The rhythm of the heart can be determined from only one view, i.e.
one lead (this requires two electrodes).
For a full picture of the heart's electrical activity, a 12-lead view is
conventional.
One electrode is attached to each limb. These four electrodes
provide six ‘limb leads’ or six different views of the heart in a vertical
plane. These are called leads I, II, III, VL, VF and VR. VL, VF and VR
used to be called AVL, AVF and AVR, respectively, but the A is
essentially meaningless and is redundant.
Six electrodes are attached to the chest, recording leads V1 to V6.
Accurate placement of these electrodes is essential for comparing later
ECGs. These leads ‘look at’ the heart from the front in a horizontal
plane (Fig. 1.1).

FIG. 1.1

Lead positions for a 12-lead ECG with 12 views of the

heart

■ Top tips for recording an ECG
1. To record a ‘3-lead ECG’ using only limb electrodes, remember
the mnemonic: “Ride Your Green Bike”. R for red and right
arm. Y for yellow, G for green and B for black. Apply the first
red electrode to the right arm and work clockwise to left arm,
left leg and finally right leg (the black electrode is the earth
electrode).
2. Placement of the limb electrodes is easy: there is no specific

position to remember.
Try to find the least hairy area: anywhere from the
shoulder or outer clavicle down to the wrist is fine
for the upper limb; anywhere from the lower
abdomen to the foot on right and left side is fine for
the lower limb electrodes.
3. Placement of the chest electrodes MUST be accurate and
standardized for every recording (see Figs 1.1 and 2.24).
4. Make sure the patient is warm and relaxed.
5. Check machine settings: standard is paper speed of
25 mm/second; the voltage calibration should be set so that
1 mV causes 1 cm of upwards deflection (for more details, see
Chapter 2).
6. Make sure the date and time are recorded and always ensure
the patient's name is on the ECG.
7. Write the patient's symptoms and BP on the ECG.
For more details, see Chapter 2, pages 28–38.

How to interpret an ECG: the basics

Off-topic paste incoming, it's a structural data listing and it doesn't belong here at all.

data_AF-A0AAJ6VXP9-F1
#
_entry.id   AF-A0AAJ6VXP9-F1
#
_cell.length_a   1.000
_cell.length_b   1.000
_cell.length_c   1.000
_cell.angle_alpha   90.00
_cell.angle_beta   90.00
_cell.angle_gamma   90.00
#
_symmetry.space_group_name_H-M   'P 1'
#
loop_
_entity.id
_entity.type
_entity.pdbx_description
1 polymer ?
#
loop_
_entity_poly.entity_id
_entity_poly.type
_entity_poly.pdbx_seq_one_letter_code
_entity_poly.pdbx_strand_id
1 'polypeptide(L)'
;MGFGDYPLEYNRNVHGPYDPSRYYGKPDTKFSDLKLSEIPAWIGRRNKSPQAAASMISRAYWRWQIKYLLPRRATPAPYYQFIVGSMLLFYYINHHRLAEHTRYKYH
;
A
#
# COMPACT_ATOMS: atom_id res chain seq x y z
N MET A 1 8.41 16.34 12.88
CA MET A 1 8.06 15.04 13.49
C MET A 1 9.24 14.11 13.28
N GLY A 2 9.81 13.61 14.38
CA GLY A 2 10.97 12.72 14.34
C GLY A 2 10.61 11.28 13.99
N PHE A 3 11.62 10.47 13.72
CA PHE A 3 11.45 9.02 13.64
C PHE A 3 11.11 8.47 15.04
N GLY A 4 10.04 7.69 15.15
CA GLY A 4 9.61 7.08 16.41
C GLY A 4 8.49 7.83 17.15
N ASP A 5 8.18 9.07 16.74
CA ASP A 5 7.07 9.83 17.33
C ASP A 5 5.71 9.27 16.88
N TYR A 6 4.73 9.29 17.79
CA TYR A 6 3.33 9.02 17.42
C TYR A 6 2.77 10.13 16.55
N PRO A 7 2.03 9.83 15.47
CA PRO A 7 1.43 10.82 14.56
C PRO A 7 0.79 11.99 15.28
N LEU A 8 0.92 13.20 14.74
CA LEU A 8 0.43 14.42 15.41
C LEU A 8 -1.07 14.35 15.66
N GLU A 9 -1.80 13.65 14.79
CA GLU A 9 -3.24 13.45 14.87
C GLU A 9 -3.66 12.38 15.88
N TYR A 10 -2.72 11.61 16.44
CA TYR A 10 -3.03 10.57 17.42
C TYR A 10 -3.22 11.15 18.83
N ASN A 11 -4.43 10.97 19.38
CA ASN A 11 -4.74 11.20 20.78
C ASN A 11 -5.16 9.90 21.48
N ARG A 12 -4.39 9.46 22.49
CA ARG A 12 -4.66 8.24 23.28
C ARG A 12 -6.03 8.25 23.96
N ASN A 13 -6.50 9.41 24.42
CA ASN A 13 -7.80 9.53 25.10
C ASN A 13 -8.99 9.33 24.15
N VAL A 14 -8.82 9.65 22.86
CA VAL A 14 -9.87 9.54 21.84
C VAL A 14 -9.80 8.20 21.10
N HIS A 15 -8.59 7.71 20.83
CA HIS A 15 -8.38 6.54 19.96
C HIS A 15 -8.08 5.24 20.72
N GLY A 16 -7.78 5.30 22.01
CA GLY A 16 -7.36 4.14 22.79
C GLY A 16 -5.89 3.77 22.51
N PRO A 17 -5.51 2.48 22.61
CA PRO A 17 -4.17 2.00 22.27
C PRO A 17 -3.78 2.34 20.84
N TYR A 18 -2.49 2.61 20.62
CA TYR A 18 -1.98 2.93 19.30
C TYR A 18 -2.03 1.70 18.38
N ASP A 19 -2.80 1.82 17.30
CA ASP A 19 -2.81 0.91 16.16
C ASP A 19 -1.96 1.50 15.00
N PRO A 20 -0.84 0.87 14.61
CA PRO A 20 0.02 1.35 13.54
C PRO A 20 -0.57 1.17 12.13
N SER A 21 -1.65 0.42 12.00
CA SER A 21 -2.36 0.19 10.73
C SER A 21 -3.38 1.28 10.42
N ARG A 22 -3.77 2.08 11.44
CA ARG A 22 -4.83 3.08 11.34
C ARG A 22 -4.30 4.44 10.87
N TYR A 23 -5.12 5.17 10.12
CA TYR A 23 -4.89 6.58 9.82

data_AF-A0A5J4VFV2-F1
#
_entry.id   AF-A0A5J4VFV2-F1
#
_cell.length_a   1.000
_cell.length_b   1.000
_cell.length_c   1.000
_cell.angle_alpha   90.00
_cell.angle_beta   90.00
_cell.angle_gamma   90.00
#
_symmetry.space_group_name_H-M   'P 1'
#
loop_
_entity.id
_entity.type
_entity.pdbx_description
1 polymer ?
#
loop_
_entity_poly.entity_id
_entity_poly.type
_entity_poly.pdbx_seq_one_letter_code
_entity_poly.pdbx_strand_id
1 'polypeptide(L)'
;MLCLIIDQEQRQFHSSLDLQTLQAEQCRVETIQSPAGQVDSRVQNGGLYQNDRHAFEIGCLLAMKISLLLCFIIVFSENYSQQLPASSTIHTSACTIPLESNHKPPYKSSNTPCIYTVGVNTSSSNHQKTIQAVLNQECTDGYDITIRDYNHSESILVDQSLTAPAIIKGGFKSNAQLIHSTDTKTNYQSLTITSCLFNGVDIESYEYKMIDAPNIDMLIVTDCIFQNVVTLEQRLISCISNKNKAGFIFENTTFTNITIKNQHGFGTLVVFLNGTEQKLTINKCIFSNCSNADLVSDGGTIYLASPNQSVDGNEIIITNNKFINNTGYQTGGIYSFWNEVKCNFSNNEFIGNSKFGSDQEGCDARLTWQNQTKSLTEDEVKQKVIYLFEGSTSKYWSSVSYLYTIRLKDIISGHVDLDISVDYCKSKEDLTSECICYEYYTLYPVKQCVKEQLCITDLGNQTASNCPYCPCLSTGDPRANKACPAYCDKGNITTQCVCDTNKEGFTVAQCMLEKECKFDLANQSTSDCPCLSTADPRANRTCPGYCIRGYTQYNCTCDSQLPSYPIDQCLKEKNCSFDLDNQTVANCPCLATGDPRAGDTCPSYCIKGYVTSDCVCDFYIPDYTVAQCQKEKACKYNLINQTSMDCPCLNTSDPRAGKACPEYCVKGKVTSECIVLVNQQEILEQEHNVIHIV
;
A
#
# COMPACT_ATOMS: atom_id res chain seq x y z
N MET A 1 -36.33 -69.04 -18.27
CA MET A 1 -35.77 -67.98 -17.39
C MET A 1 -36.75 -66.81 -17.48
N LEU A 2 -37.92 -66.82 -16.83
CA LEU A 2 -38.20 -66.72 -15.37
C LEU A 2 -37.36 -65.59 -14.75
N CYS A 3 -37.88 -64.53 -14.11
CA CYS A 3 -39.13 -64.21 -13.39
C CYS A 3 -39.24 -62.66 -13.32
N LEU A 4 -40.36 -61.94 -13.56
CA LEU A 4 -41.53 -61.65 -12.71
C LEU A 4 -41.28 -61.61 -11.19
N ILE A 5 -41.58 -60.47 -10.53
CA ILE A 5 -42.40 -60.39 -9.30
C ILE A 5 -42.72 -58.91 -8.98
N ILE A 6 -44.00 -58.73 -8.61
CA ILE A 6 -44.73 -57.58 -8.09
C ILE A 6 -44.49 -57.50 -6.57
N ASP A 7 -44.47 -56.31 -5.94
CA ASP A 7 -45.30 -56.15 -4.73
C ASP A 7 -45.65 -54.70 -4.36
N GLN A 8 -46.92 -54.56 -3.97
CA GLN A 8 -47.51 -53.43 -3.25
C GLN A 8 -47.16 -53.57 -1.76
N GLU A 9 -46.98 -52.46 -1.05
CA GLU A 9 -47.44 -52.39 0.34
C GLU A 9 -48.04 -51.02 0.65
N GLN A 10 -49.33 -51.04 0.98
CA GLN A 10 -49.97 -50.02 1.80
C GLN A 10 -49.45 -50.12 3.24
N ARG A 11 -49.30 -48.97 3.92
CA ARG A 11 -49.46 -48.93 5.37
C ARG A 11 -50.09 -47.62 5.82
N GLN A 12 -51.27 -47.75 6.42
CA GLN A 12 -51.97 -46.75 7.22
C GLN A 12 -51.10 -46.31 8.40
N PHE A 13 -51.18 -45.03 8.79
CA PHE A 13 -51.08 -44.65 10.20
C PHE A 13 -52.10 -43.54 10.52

■ Top tip: the more ECGs you read, the better you will become.
What follows is the bare minimum of ECG physiology for ECG
interpretation.

The ECG waves and what they mean
• Think of the heart as having internal wiring. The
internal pacemaker is the sinoatrial node situated
in the right atrium (Fig. 1.2)

FIG. 1.2

Internal wiring of the heart

• In a normal heart, the sinoatrial node fires
regularly and the electrical impulse spreads
through an anatomical path to the ventricles
resulting in ventricular contraction. The
ventricular contraction is felt as the pulse or the
heartbeat.
• Each heartbeat is represented by one ECG
complex.
• An ECG complex is composed of five parts (Fig.
1.3).

FIG. 1.3

ECG complex – one heartbeat

• The P wave represents electrical activation,
called depolarization, of the atrial muscle.
• The PR interval is the time taken for the

electrical impulse to spread from the atria to the
ventricles through the atrioventricular node and
the high-speed conducting pathway called the
bundle of His.
• The QRS complex records the impulse spreading
throughout the ventricles resulting in ventricular
contraction. In the normal heart, this does not take
more than 3 small squares on an ECG.
• The ST segment is the period when the
ventricles are completely activated.
• The T wave is the return (repolarization) of the
ventricular muscle to its resting electrical state.
• A normal beat is represented by one P wave
followed by one QRS complex and then one T
wave.
Interpretation starts here!
Start by looking at the patient. Take basic observations of pulse and
blood pressure before recording the ECG.
First, is the patient unwell? Are you expecting there to be an
abnormality?
■ Top tip: if the ECG does not fit your clinical expectation, check
settings and electrode placement and repeat your recording. Make
sure the ECG is recorded from the correct patient!
If you are satisfied with your recording, think: Is there anything
really obviously wrong, e.g. a very slow or fast heart rate? Complexes
that do not look like anything you have seen before? If the patient is
unwell, seek help immediately.
If the patient is stable, you have more time to try to assess the ECG
yourself.

■ Top tip: always approach the ECG the same way. Go through
the following questions in the same order every time:
Say ‘R R P W Q S T’ – it rhymes, and might help you to remember
the questions you need to answer!
R

Rate

What is the rate (measured in beats per minute [bpm])?

R

Rhythm

What is the rhythm?

P

P wave

Is there one P wave before every QRS complex?

W

Width

Is the width of the QRS complex normal (< 3 small squares)?